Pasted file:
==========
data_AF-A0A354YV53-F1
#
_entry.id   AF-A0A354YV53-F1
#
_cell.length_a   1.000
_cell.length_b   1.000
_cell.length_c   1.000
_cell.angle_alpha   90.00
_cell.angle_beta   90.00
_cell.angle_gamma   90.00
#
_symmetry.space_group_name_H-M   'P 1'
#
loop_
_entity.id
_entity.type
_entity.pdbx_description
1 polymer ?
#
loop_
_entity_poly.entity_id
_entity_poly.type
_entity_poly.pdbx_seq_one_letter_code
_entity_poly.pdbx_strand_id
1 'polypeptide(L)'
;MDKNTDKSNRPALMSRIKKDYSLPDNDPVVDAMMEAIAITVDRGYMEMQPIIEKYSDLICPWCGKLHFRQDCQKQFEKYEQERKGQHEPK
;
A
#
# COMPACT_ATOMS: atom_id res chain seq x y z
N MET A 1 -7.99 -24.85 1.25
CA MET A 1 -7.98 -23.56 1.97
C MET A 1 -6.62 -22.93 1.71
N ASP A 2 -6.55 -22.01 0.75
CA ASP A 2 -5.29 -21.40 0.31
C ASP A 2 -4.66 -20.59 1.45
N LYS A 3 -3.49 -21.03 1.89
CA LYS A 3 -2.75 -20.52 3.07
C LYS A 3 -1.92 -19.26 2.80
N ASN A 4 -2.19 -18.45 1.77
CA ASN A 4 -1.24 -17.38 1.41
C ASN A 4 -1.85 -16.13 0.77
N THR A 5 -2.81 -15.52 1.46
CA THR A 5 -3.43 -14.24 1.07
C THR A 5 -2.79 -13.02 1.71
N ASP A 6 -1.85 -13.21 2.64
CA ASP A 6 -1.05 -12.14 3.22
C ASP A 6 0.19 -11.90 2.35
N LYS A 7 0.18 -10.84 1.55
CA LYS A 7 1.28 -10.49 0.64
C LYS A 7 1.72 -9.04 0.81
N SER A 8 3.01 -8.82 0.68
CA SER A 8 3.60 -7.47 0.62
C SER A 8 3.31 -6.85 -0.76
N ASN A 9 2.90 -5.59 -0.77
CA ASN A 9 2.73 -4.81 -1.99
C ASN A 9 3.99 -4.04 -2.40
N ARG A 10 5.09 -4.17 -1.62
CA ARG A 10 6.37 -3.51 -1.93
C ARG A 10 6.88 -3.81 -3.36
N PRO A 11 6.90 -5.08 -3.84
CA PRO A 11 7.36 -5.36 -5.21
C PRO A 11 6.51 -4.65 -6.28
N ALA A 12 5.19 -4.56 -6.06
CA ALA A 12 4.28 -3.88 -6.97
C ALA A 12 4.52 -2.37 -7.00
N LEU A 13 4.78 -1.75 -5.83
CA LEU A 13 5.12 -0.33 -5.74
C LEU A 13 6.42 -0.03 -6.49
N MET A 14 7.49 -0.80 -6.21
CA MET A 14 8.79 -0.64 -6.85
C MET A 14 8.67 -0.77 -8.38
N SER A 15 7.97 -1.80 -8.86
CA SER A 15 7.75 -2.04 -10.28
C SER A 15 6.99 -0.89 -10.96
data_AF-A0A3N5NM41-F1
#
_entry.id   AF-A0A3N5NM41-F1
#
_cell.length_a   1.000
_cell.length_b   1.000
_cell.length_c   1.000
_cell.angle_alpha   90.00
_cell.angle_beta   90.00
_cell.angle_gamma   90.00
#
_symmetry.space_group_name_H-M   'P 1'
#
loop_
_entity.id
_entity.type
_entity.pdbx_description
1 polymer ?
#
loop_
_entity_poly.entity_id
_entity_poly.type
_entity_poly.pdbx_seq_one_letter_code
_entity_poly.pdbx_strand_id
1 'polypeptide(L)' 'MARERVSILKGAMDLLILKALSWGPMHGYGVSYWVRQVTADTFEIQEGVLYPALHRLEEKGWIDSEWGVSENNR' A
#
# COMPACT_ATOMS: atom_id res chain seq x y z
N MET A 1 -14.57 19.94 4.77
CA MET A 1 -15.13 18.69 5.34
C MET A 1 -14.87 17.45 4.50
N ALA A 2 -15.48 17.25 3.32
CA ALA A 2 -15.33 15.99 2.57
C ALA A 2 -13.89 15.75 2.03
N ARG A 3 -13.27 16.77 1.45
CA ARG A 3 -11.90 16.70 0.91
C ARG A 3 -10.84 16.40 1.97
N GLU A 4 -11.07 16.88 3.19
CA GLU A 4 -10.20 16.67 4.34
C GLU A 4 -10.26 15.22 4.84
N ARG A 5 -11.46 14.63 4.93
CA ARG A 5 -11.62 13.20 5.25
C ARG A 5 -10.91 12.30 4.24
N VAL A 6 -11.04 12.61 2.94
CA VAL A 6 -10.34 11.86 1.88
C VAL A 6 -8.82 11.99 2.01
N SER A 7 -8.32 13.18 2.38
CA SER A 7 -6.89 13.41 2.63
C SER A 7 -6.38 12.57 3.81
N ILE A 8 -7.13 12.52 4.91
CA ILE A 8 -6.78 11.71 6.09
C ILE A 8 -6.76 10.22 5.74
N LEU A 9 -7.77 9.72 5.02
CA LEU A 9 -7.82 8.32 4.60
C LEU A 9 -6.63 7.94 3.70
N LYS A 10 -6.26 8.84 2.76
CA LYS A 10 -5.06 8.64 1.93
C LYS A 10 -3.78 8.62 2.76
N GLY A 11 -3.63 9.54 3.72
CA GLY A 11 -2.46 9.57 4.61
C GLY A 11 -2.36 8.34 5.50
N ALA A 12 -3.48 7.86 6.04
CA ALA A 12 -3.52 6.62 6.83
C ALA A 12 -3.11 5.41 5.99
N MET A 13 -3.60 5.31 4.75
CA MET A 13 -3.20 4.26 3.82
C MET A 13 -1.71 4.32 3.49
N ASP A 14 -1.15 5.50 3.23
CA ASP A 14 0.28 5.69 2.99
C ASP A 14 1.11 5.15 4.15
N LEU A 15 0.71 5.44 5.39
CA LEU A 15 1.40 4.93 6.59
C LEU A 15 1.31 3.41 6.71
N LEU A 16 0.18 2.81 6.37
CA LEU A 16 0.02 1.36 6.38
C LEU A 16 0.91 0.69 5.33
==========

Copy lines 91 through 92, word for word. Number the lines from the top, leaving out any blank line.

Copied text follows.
_entity.type
_entity.pdbx_description